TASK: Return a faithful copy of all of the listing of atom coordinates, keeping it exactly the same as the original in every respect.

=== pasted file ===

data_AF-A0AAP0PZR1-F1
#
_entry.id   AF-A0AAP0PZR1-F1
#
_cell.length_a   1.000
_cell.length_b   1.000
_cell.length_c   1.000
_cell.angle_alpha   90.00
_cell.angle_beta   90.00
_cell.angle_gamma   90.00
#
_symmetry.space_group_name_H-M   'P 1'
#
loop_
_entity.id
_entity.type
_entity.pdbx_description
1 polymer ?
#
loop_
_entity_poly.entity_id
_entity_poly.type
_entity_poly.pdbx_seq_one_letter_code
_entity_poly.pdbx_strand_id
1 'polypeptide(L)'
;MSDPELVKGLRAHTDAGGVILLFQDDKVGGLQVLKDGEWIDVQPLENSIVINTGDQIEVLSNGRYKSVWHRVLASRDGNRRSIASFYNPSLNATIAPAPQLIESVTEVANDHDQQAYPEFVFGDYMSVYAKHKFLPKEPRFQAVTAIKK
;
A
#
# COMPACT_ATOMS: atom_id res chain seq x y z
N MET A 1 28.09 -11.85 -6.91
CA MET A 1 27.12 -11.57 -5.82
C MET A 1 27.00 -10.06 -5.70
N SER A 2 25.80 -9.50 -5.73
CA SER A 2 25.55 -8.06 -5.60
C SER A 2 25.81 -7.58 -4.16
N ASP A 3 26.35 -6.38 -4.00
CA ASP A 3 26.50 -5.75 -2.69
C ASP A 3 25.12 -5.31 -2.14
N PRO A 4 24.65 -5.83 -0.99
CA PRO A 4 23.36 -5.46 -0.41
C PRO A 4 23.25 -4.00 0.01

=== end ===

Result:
data_AF-A0AAP0PZR1-F1
#
_entry.id   AF-A0AAP0PZR1-F1
#
_cell.length_a   1.000
_cell.length_b   1.000
_cell.length_c   1.000
_cell.angle_alpha   90.00
_cell.angle_beta   90.00
_cell.angle_gamma   90.00
#
_symmetry.space_group_name_H-M   'P 1'
#
loop_
_entity.id
_entity.type
_entity.pdbx_description
1 polymer ?
#
loop_
_entity_poly.entity_id
_entity_poly.type
_entity_poly.pdbx_seq_one_letter_code
_entity_poly.pdbx_strand_id
1 'polypeptide(L)'
;MSDPELVKGLRAHTDAGGVILLFQDDKVGGLQVLKDGEWIDVQPLENSIVINTGDQIEVLSNGRYKSVWHRVLASRDGNRRSIASFYNPSLNATIAPAPQLIESVTEVANDHDQQAYPEFVFGDYMSVYAKHKFLPKEPRFQAVTAIKK
;
A
#
# COMPACT_ATOMS: atom_id res chain seq x y z
N MET A 1 28.09 -11.85 -6.91
CA MET A 1 27.12 -11.57 -5.82
C MET A 1 27.00 -10.06 -5.70
N SER A 2 25.80 -9.50 -5.73
CA SER A 2 25.55 -8.06 -5.60
C SER A 2 25.81 -7.58 -4.16
N ASP A 3 26.35 -6.38 -4.00
CA ASP A 3 26.50 -5.75 -2.69
C ASP A 3 25.12 -5.31 -2.14
N PRO A 4 24.65 -5.83 -0.99
CA PRO A 4 23.36 -5.46 -0.41
C PRO A 4 23.25 -4.00 0.01